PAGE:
Discretionary Macro managers suffered negative performance in the first half of June and compounded this with additional losses going into the month end as the credit issues dogging Greece (and to a lesser extent Puerto Rico) ushered in the return of risk on, risk off market behaviour. Indeed, Macro/CTA funds had their largest daily drawdown since August 2007 on June 29 after Greece’s withdrawal from talks with creditors. The QE trade of long European equities, short the euro failed to work and when market volatility increased equities fell and the euro rose. Managers who played rates trades being short US treasuries also lost ground, although at least one manager had a winning trade by shorting core Eurozone government bonds and going long treasuries. There is a view among some managers that it is too early to oppose existing QE themes (such as being long equities and long the dollar). However there is realisation that in anticipation of more volatility, trade structuring in the form of buying options is needed to provide a bit more optionality in some macro books. For Emerging Markets, particularly regarding credit, the positive news is that Greece, so far, hasn’t triggered contagion. In China, MSCI’s decision not to begin offering ‘A shares’ in index products ushered in profit taking on the eight month rally of the Shanghai Composite Index, leaving it down about 25% over June. Managers with large net exposures suffered heavily.
Managed futures lost ground throughout the month leaving many managers down for the first half of 2015. Long positions in rates across UK, Eurozone and US instruments drove negative returns. Equity futures, which by some accounts was the biggest area of risk and was being scaled back by the end of June, also hurt performance after the biggest losses in two years for European equities offset mixed performances in the US and Asia. A number of managers lost performance on the Euro rising against the dollar, although being short yen/dollar generated gains for some. The general view is that Greece may dampen sentiment in the short-term, but lacks the factor of surprise or scale to affect markets for long, though a continued impasse could make credit more expensive, thus damping investment and growth.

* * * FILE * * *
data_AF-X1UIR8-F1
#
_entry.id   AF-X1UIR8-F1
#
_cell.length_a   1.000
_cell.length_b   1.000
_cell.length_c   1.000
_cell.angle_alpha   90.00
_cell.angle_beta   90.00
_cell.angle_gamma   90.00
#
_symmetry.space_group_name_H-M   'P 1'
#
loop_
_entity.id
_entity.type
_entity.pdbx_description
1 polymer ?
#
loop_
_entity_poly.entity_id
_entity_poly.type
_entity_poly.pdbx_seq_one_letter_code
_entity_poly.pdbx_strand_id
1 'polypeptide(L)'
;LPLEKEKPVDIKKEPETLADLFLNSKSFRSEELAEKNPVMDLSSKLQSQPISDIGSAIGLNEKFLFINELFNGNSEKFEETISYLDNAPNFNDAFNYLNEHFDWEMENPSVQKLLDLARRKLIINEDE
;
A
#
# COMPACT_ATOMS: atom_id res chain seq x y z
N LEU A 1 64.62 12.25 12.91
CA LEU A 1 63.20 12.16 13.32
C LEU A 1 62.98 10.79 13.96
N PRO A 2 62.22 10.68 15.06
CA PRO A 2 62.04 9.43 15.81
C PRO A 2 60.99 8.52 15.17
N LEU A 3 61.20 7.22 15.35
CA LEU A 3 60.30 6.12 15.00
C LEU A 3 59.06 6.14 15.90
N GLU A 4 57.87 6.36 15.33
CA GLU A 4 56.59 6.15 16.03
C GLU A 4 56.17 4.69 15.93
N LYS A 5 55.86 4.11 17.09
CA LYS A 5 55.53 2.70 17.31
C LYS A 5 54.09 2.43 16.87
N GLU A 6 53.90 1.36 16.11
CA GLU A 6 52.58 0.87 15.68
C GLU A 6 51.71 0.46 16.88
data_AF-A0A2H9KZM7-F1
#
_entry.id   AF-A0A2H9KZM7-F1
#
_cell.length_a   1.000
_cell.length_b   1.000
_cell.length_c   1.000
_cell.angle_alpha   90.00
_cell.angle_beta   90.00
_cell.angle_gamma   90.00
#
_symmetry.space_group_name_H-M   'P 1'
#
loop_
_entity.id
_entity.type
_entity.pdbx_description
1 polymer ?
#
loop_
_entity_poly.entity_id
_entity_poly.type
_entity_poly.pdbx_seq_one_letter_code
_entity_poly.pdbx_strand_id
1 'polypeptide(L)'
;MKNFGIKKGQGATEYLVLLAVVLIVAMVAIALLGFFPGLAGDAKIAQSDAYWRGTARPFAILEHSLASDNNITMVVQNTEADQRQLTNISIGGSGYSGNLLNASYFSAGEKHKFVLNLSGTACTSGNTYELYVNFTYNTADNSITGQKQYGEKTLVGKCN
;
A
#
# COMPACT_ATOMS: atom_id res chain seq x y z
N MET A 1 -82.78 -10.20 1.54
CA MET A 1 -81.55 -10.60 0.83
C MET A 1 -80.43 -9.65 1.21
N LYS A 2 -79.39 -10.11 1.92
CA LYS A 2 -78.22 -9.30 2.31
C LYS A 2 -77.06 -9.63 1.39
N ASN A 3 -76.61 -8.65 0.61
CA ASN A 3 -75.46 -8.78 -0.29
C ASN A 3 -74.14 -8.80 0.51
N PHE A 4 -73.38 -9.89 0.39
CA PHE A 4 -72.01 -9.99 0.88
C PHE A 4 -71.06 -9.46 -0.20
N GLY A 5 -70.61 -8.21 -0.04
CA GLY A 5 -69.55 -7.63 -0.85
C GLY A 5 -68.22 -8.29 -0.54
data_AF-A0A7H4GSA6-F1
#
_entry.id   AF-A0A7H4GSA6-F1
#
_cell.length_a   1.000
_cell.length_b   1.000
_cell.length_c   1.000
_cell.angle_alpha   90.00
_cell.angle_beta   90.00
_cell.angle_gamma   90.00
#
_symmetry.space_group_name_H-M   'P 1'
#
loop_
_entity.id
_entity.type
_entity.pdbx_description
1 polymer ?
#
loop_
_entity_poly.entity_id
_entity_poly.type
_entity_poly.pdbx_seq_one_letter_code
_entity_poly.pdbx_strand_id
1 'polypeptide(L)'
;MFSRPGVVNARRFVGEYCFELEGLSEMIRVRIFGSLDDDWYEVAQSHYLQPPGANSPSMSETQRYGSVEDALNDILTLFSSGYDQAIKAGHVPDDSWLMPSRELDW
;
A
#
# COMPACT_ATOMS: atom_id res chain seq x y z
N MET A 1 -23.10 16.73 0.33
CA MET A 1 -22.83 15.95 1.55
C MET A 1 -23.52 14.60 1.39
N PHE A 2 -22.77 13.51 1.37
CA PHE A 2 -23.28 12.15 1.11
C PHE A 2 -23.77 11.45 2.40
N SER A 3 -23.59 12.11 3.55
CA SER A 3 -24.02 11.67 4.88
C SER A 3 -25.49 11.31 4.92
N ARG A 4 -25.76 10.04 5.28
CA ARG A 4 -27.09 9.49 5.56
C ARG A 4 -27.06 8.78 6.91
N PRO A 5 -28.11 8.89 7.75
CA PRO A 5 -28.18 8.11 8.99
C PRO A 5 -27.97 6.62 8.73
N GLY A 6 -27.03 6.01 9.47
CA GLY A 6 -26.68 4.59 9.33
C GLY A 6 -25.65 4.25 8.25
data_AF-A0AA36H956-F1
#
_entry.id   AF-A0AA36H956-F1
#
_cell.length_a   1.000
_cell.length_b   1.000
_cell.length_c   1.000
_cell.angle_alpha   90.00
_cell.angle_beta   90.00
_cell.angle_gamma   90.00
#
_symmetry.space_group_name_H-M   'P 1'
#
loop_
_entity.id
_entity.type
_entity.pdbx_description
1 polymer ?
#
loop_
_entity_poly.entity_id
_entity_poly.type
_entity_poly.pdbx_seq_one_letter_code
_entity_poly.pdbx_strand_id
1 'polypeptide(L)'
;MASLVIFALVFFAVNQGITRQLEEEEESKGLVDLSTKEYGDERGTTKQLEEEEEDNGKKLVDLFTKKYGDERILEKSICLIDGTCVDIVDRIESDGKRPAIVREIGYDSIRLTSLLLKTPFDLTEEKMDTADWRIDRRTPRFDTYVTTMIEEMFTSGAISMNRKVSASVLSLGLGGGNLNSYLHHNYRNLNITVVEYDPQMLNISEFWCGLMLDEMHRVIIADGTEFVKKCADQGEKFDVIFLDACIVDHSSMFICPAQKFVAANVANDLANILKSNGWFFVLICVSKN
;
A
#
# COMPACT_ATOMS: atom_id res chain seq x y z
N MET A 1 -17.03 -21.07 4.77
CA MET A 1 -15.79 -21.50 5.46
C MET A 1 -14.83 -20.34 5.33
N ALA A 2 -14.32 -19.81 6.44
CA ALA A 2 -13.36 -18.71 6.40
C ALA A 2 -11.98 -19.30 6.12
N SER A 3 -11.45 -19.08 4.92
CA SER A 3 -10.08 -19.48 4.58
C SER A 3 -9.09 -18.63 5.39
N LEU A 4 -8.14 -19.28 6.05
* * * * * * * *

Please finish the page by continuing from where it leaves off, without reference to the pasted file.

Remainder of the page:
Commodities markets endured largely range bound trade for most of June typified by energy futures. However, an exception to this occurred with the significant amount of short risk in grains which hurt managers when those markets rallied and then spiked higher on June 30 amid a stronger-than-expected stocks report from the US Department of Agriculture. Managers with short positioning booked losses after wheat and corn reversed mid-month declines and rallied strongly into the month end. Managers also made decent returns from being short nickel.